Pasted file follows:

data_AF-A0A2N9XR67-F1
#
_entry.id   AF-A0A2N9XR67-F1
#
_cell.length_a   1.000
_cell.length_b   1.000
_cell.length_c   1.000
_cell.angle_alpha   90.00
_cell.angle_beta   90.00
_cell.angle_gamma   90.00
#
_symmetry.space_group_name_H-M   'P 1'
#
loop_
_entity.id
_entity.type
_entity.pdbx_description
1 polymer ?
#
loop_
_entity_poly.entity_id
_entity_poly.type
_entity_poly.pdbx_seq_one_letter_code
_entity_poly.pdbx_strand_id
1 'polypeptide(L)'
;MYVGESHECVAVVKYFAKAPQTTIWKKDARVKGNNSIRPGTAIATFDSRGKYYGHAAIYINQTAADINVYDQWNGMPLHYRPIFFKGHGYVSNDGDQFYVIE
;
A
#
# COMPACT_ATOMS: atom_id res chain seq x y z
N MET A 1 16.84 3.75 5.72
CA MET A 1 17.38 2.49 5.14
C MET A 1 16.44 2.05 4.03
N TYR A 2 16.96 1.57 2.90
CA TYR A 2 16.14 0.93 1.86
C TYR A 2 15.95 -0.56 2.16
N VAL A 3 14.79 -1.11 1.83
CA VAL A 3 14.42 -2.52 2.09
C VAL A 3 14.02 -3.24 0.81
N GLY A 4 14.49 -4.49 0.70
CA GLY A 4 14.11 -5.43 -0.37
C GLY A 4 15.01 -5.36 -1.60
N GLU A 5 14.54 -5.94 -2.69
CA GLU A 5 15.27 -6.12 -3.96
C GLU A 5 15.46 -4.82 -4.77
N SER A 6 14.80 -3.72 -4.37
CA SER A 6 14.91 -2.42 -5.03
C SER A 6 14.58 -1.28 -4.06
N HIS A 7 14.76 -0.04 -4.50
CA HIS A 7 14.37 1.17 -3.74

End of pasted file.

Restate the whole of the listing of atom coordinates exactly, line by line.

data_AF-A0A2N9XR67-F1
#
_entry.id   AF-A0A2N9XR67-F1
#
_cell.length_a   1.000
_cell.length_b   1.000
_cell.length_c   1.000
_cell.angle_alpha   90.00
_cell.angle_beta   90.00
_cell.angle_gamma   90.00
#
_symmetry.space_group_name_H-M   'P 1'
#
loop_
_entity.id
_entity.type
_entity.pdbx_description
1 polymer ?
#
loop_
_entity_poly.entity_id
_entity_poly.type
_entity_poly.pdbx_seq_one_letter_code
_entity_poly.pdbx_strand_id
1 'polypeptide(L)'
;MYVGESHECVAVVKYFAKAPQTTIWKKDARVKGNNSIRPGTAIATFDSRGKYYGHAAIYINQTAADINVYDQWNGMPLHYRPIFFKGHGYVSNDGDQFYVIE
;
A
#
# COMPACT_ATOMS: atom_id res chain seq x y z
N MET A 1 16.84 3.75 5.72
CA MET A 1 17.38 2.49 5.14
C MET A 1 16.44 2.05 4.03
N TYR A 2 16.96 1.57 2.90
CA TYR A 2 16.14 0.93 1.86
C TYR A 2 15.95 -0.56 2.16
N VAL A 3 14.79 -1.11 1.83
CA VAL A 3 14.42 -2.52 2.09
C VAL A 3 14.02 -3.24 0.81
N GLY A 4 14.49 -4.49 0.70
CA GLY A 4 14.11 -5.43 -0.37
C GLY A 4 15.01 -5.36 -1.60
N GLU A 5 14.54 -5.94 -2.69
CA GLU A 5 15.27 -6.12 -3.96
C GLU A 5 15.46 -4.82 -4.77
N SER A 6 14.80 -3.72 -4.37
CA SER A 6 14.91 -2.42 -5.03
C SER A 6 14.58 -1.28 -4.06
N HIS A 7 14.76 -0.04 -4.50
CA HIS A 7 14.37 1.17 -3.74